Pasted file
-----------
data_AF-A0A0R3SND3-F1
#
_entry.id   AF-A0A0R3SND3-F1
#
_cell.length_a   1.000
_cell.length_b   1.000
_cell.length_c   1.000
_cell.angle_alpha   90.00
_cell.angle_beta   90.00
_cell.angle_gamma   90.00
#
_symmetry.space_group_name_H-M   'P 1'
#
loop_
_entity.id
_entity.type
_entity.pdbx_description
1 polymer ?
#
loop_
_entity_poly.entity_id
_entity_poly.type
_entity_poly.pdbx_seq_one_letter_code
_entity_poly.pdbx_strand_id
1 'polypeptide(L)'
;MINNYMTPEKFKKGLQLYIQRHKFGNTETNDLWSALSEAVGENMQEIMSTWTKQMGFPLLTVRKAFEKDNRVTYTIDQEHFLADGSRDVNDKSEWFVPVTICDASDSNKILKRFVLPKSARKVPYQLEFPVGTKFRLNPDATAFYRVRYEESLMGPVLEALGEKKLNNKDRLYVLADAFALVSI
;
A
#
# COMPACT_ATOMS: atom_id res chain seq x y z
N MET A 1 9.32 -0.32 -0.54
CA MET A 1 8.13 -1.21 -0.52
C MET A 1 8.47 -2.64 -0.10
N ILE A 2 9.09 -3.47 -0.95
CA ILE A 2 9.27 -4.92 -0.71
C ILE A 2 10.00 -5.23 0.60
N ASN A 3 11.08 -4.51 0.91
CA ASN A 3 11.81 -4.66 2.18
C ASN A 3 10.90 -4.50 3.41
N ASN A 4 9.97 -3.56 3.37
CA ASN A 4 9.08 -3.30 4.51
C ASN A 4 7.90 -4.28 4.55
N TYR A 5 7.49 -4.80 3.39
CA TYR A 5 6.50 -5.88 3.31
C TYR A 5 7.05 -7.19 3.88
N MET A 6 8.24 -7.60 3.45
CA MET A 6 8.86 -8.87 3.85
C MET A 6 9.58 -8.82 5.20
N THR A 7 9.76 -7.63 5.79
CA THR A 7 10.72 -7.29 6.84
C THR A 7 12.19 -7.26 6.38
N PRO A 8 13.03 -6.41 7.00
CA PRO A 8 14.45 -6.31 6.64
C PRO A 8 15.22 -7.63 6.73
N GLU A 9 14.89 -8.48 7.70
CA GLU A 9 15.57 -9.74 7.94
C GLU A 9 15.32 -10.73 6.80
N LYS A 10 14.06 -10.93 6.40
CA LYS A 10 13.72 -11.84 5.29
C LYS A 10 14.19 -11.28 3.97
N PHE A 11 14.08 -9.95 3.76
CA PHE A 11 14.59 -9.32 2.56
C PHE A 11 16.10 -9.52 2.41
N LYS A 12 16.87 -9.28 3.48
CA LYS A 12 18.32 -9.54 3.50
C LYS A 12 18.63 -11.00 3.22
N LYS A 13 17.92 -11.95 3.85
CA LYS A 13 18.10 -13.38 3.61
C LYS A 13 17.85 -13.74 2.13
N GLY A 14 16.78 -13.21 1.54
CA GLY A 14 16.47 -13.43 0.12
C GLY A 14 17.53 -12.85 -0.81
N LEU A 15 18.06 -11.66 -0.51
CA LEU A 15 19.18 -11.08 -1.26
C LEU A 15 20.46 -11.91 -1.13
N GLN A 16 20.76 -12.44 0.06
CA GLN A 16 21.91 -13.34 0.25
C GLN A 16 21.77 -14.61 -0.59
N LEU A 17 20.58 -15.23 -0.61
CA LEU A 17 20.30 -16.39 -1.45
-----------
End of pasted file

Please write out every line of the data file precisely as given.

data_AF-A0A0R3SND3-F1
#
_entry.id   AF-A0A0R3SND3-F1
#
_cell.length_a   1.000
_cell.length_b   1.000
_cell.length_c   1.000
_cell.angle_alpha   90.00
_cell.angle_beta   90.00
_cell.angle_gamma   90.00
#
_symmetry.space_group_name_H-M   'P 1'
#
loop_
_entity.id
_entity.type
_entity.pdbx_description
1 polymer ?
#
loop_
_entity_poly.entity_id
_entity_poly.type
_entity_poly.pdbx_seq_one_letter_code
_entity_poly.pdbx_strand_id
1 'polypeptide(L)'
;MINNYMTPEKFKKGLQLYIQRHKFGNTETNDLWSALSEAVGENMQEIMSTWTKQMGFPLLTVRKAFEKDNRVTYTIDQEHFLADGSRDVNDKSEWFVPVTICDASDSNKILKRFVLPKSARKVPYQLEFPVGTKFRLNPDATAFYRVRYEESLMGPVLEALGEKKLNNKDRLYVLADAFALVSI
;
A
#
# COMPACT_ATOMS: atom_id res chain seq x y z
N MET A 1 9.32 -0.32 -0.54
CA MET A 1 8.13 -1.21 -0.52
C MET A 1 8.47 -2.64 -0.10
N ILE A 2 9.09 -3.47 -0.95
CA ILE A 2 9.27 -4.92 -0.71
C ILE A 2 10.00 -5.23 0.60
N ASN A 3 11.08 -4.51 0.91
CA ASN A 3 11.81 -4.66 2.18
C ASN A 3 10.90 -4.50 3.41
N ASN A 4 9.97 -3.56 3.37
CA ASN A 4 9.08 -3.30 4.51
C ASN A 4 7.90 -4.28 4.55
N TYR A 5 7.49 -4.80 3.39
CA TYR A 5 6.50 -5.88 3.31
C TYR A 5 7.05 -7.19 3.88
N MET A 6 8.24 -7.60 3.45
CA MET A 6 8.86 -8.87 3.85
C MET A 6 9.58 -8.82 5.20
N THR A 7 9.76 -7.63 5.79
CA THR A 7 10.72 -7.29 6.84
C THR A 7 12.19 -7.26 6.38
N PRO A 8 13.03 -6.41 7.00
CA PRO A 8 14.45 -6.31 6.64
C PRO A 8 15.22 -7.63 6.73
N GLU A 9 14.89 -8.48 7.70
CA GLU A 9 15.57 -9.74 7.94
C GLU A 9 15.32 -10.73 6.80
N LYS A 10 14.06 -10.93 6.40
CA LYS A 10 13.72 -11.84 5.29
C LYS A 10 14.19 -11.28 3.97
N PHE A 11 14.08 -9.95 3.76
CA PHE A 11 14.59 -9.32 2.56
C PHE A 11 16.10 -9.52 2.41
N LYS A 12 16.87 -9.28 3.48
CA LYS A 12 18.32 -9.54 3.50
C LYS A 12 18.63 -11.00 3.22
N LYS A 13 17.92 -11.95 3.85
CA LYS A 13 18.10 -13.38 3.61
C LYS A 13 17.85 -13.74 2.13
N GLY A 14 16.78 -13.21 1.54
CA GLY A 14 16.47 -13.43 0.12
C GLY A 14 17.53 -12.85 -0.81
N LEU A 15 18.06 -11.66 -0.51
CA LEU A 15 19.18 -11.08 -1.26
C LEU A 15 20.46 -11.91 -1.13
N GLN A 16 20.76 -12.44 0.06
CA GLN A 16 21.91 -13.34 0.25
C GLN A 16 21.77 -14.61 -0.59
N LEU A 17 20.58 -15.23 -0.61
CA LEU A 17 20.30 -16.39 -1.45